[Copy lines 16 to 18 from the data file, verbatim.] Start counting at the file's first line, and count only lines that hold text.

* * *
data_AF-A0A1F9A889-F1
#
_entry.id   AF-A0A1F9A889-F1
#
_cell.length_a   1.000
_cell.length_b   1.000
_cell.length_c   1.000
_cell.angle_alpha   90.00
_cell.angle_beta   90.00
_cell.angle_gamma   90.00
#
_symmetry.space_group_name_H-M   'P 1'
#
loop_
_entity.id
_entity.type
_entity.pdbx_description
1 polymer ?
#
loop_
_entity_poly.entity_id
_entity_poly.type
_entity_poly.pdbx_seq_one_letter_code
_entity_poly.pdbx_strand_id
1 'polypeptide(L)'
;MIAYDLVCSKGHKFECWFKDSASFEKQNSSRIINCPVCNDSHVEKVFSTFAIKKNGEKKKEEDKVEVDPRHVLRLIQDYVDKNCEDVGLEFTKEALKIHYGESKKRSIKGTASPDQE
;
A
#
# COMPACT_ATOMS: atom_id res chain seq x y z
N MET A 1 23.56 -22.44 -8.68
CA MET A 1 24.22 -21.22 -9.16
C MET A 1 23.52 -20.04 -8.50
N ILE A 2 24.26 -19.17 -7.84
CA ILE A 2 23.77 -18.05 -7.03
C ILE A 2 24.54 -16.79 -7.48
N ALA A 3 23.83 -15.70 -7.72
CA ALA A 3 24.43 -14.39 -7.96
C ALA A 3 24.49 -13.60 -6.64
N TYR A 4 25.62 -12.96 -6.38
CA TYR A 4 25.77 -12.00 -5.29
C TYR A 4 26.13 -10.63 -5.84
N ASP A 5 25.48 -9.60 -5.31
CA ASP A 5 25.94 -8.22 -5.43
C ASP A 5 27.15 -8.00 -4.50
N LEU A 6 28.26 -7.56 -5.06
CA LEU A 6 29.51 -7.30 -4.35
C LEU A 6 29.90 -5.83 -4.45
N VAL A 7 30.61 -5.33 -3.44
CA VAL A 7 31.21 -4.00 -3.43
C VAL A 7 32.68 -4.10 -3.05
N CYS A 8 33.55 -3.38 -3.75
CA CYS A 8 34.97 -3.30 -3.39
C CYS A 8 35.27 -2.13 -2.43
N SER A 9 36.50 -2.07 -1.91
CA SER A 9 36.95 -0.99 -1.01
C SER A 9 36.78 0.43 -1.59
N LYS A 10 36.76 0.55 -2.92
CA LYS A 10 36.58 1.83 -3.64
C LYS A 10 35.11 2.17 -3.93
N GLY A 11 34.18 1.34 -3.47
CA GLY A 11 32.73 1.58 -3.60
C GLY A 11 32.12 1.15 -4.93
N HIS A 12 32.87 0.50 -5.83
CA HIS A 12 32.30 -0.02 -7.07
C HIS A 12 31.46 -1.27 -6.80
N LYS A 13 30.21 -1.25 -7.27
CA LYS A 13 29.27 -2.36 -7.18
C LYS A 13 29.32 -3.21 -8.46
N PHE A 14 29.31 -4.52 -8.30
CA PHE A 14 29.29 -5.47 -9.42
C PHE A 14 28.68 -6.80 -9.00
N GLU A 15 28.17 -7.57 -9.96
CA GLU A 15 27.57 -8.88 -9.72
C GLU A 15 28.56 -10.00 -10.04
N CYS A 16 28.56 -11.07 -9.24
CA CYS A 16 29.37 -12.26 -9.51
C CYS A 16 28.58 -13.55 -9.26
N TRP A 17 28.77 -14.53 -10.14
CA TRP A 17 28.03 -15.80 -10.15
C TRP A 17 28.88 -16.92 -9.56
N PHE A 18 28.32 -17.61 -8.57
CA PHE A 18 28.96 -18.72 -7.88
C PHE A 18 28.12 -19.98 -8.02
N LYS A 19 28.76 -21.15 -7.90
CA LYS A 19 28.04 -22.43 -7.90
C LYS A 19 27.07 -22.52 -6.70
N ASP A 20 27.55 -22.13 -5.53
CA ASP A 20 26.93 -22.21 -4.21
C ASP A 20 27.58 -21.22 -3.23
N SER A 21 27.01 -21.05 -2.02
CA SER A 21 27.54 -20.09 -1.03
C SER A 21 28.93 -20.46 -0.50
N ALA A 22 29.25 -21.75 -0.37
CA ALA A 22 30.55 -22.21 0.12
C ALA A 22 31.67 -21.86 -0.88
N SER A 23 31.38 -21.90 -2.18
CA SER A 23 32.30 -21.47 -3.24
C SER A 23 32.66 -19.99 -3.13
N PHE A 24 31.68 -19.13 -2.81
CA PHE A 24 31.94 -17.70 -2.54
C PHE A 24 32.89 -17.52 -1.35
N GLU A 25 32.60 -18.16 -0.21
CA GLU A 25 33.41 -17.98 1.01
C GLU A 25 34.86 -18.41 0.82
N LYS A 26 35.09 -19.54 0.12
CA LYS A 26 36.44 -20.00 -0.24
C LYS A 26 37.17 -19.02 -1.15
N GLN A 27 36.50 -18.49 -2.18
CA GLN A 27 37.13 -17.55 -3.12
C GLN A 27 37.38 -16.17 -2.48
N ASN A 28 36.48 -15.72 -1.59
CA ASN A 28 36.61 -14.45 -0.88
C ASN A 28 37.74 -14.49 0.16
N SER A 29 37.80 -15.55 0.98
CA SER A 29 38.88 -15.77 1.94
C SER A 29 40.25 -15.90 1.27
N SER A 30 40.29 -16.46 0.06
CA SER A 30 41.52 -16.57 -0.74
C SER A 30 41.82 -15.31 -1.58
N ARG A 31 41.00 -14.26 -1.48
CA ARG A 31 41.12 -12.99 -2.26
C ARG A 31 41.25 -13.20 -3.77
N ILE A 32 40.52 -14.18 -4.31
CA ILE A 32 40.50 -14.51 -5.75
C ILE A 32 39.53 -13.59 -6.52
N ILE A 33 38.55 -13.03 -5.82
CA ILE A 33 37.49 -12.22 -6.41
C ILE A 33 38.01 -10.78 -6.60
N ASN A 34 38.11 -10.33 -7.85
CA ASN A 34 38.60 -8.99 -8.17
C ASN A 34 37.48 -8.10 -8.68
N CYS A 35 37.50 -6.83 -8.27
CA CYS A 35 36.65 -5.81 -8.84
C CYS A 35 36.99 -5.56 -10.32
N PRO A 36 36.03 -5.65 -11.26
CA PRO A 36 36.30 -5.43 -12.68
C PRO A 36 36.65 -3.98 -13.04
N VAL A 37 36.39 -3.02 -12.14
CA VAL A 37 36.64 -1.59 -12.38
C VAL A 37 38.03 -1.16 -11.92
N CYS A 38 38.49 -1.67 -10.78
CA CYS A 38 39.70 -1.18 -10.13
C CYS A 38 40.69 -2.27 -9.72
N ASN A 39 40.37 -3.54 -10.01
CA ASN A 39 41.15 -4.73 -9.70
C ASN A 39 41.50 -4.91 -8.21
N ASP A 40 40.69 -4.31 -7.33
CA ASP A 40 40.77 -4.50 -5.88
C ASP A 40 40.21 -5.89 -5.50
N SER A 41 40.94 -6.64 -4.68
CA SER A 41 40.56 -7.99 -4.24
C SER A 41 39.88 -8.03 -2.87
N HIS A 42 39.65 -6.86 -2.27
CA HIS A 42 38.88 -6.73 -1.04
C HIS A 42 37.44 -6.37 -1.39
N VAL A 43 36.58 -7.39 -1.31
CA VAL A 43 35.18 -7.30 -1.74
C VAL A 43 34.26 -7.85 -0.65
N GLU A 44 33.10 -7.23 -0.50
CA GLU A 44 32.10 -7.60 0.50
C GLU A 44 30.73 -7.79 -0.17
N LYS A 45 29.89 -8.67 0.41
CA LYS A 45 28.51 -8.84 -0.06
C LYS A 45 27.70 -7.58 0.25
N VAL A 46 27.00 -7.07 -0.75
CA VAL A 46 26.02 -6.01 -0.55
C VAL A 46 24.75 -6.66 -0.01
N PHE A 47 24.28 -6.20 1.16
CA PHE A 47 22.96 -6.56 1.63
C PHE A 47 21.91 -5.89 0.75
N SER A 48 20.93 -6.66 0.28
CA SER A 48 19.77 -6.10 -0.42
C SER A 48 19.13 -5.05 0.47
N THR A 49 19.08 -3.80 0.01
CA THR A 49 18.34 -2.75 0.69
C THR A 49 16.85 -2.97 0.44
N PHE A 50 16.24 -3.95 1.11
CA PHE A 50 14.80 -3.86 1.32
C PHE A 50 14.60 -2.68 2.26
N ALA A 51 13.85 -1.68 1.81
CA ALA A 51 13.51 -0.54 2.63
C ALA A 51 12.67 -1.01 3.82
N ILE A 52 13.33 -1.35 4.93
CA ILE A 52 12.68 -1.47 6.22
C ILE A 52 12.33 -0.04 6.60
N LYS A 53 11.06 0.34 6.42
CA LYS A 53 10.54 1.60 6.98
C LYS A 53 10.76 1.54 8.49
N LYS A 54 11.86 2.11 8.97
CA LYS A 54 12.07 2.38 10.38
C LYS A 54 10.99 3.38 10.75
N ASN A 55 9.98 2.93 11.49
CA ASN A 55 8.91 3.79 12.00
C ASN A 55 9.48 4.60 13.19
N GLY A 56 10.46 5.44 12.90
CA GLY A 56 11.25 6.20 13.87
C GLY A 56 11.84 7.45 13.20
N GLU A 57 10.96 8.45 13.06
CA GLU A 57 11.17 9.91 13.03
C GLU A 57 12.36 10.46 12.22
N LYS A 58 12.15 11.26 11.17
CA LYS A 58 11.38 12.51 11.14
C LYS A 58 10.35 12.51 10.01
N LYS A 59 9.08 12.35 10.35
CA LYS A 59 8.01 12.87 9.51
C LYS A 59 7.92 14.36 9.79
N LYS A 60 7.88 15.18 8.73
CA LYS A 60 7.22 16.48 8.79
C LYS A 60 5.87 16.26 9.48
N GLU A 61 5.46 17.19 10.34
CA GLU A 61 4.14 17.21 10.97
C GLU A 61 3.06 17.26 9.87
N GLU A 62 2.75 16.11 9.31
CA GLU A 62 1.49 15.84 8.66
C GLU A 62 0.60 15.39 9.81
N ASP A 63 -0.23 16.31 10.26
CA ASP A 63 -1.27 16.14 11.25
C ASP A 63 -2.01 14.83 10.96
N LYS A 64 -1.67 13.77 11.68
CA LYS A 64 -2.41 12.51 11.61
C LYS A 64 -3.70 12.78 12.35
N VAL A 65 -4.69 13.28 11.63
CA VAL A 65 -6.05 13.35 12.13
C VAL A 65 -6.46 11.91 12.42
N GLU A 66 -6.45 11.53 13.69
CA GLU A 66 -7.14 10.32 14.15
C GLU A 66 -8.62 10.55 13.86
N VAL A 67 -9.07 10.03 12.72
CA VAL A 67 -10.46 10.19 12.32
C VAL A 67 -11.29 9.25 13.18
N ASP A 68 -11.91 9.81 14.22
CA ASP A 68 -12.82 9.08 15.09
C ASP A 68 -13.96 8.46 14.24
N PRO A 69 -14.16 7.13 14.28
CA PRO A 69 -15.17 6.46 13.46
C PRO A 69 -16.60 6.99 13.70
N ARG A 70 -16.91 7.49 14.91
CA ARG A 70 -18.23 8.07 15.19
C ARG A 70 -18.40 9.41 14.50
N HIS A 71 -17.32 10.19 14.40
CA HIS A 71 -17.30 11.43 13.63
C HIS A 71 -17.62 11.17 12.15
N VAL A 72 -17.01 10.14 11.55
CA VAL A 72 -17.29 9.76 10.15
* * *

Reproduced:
_entity.type
_entity.pdbx_description
1 polymer ?